I'll first talk about my recent knitting and then show you a few storm-aftermath pictures (not many because I mostly forgot to take my camera with me when I was out and about). I can't remember if I talked about this project last time (probably not because I am lazy!). The new knitty came out last week and it was full of really nice patterns. Two of those really grabbed me and, even though I have a ton of stuff already going, I had to start them immediately. Waves of Grain was the perfect pattern for the merino/tencel lace I had just spun up and my yardage was close. The pattern has been a lot of fun and it has become my travelling project.
I've gotten through the part with the beads at the end (you can't see them in the picture) and into the 75 repeats of 2 rows. Once I'm finished with those repeats, I'll break the yarn and start it over again.
The other pattern that really grabbed me was Maple.
I LOVED making this bag. It was a really interesting construction. You knit the brown handle/bottom/side part first in a giant loop and then you pick up the stitches for the light brown section. I also really liked the small intarsia of the leaf though wasn't thrilled about the number of ends to weave in. The veins of the leaf were needle felted in rather than embroidering them on afterwards. This is off to be a Christmas present for my cousin. I wasn't planning on this bag (obviously because the pattern wasn't out there) but I think it will be perfect. The leaf color looks a lot like the mittens I made for her present last year (which *cough* aren't finished yet *cough* but will be after tomorrow!)
I've also been making hats because you can make them in the dark or by candlelight. I could work on socks but don't feel like working with fingering weight yarn by candlelight. This is one hat that I'm going to keep for myself. The rest are going to be Christmas presents.
Next up, tree pictures. This first one is a picture of the backyard. As you can see, we hardly had any damage which is really surprising for living in the middle(ish) of woods.
This is the tree which is going to have to come down. The inside is all rotted out so it is just a matter of time before it falls down. You can't really see the branch which is poised to fall in this picture. It is on the left of the tree on the other side.
These next two pictures are from my aborted trip to work yesterday. The first picture is taken out of my righthand window and the second is out of the lefthand one. Me thinks it will take a bit of time to remove them.
This last picture is our backyard after everything was picked up. Isn't it nice and pretty?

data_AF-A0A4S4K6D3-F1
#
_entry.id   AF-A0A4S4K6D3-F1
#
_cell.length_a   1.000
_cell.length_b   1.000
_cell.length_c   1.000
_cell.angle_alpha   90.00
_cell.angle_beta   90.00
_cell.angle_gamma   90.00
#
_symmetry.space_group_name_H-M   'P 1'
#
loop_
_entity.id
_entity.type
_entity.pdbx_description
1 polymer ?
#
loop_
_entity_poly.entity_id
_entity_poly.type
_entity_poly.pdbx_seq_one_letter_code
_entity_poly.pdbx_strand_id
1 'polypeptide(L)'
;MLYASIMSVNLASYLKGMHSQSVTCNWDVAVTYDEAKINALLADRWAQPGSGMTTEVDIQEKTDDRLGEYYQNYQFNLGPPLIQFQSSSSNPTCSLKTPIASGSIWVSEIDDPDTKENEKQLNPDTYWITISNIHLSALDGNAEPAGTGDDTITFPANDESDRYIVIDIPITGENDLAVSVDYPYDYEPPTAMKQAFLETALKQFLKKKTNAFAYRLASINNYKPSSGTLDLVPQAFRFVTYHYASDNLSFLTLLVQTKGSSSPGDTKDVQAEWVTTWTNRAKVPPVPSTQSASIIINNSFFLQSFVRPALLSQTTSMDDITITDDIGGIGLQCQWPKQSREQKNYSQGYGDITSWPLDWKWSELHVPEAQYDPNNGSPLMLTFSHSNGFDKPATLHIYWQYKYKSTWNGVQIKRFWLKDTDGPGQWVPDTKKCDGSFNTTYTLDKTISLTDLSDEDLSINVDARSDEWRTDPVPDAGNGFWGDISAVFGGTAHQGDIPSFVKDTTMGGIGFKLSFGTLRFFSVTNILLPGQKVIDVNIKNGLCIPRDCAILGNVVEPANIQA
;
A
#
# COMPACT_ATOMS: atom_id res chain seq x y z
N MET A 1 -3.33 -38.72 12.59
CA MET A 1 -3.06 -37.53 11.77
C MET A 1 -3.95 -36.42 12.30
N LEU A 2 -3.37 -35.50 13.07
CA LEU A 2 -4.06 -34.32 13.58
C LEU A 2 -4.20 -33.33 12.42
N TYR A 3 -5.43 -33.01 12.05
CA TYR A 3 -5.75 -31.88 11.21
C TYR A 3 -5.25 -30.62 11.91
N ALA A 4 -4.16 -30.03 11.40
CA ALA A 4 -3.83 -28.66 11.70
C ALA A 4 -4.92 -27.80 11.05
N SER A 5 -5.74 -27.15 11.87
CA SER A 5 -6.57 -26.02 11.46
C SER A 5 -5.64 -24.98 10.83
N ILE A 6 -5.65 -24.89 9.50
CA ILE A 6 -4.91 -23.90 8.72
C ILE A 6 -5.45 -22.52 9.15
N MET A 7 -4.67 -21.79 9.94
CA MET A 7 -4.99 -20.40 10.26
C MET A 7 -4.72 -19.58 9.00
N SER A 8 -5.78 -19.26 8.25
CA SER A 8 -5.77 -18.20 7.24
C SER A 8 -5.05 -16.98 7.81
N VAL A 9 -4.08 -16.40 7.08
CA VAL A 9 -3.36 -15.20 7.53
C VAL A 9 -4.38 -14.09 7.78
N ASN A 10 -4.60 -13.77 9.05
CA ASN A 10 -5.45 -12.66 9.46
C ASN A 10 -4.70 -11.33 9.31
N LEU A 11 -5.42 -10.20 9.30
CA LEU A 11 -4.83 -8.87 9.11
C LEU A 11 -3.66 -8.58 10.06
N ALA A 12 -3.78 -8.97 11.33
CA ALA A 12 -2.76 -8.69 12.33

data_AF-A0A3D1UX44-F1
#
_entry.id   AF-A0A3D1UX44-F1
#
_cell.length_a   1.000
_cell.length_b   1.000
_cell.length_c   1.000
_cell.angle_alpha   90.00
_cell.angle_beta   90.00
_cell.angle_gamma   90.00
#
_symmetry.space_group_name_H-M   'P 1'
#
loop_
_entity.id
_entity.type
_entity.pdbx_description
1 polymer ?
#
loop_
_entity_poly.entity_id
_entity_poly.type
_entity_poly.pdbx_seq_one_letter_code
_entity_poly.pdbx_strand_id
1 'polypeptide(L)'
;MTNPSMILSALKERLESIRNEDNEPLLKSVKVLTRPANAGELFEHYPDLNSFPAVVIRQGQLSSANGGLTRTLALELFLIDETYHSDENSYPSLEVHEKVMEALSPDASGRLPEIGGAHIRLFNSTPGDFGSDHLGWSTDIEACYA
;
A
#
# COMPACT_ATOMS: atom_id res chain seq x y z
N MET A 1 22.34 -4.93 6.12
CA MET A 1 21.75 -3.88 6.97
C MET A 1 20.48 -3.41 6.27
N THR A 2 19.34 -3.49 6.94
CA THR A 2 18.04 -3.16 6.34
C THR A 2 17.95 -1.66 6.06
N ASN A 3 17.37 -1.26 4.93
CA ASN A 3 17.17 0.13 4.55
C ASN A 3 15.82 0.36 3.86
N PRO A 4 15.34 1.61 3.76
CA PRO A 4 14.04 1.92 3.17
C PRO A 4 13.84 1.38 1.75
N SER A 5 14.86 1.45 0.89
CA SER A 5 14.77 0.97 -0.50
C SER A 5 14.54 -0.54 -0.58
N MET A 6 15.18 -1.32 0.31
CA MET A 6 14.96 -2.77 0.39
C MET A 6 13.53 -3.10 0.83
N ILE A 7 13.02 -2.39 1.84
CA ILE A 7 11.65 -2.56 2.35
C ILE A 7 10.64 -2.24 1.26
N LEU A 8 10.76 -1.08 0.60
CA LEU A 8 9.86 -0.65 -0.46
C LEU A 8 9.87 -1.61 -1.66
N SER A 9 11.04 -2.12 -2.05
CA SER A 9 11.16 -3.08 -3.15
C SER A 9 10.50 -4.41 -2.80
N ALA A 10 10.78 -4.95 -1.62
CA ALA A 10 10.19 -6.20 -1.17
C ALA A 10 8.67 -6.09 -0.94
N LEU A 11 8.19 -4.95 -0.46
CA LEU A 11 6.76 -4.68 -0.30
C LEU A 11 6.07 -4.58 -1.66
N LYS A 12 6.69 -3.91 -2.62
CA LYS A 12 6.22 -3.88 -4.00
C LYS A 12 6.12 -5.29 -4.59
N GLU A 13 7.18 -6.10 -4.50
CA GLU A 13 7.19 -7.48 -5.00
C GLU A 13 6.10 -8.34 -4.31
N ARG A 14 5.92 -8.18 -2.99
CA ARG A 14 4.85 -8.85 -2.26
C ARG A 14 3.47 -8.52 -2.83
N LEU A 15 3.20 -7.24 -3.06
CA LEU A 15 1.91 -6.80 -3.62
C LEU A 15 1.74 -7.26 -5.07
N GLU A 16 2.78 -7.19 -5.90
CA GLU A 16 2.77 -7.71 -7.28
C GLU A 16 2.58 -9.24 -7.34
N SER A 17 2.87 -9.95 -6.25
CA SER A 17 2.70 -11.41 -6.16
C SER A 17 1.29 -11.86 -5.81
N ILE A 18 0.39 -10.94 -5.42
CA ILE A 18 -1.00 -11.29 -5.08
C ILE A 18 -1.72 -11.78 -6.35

Well, back to the power-less house!
Wednesday, September 17, 2008
We haven't had power since Sunday and probably won't have it for another couple of days. My house it at the end of a power line and, because most of the houses on the line have gotten electric back, we will probably be put far down on the priority list. At least our power company didn't send most of their people down to TX to work on hurricane damage like AEP did.
The library has been closed 3 days so far. I didn't hear that the library was closed on the radio this morning so I went into work. (It was closed.) The normal way I go in had 2 huge trees blocking the road. My little town is doing much better on the clean-up than the town where I work. I was hoping the library would be open today so I could charge my phone and iPod but that was not to be. We'll have to see about tomorrow.
I've been knitting a little (once the sun goes down I go to bed and it gets hard to see to knit) and will have to tell you about it later!
Friday, September 12, 2008
Hello All! I've been so lazy recently that I haven't really looked for my camera to take pictures of anything on which I've been working. I haven't processed any more sheep fuzz recently because I've been working on some gifts.
One of my coworkers is a little depressed right now so I wanted to do something to help her. When in doubt, I say, knit. I was trying to look through my stash and see what yarn I had on hand and what could be made. I settled on using some Buckeye Blast sock yarn I bought a while back and a shawl pattern called the Ostrich Plume Shawl (Rav link). Hopefully Sue is a fan of the Buckeyes! It is pooling a bit around the shoulders but I think there will be a nice chevron pattern further down the triangle. The pattern is SUPER easy and can be made with any weight yarn.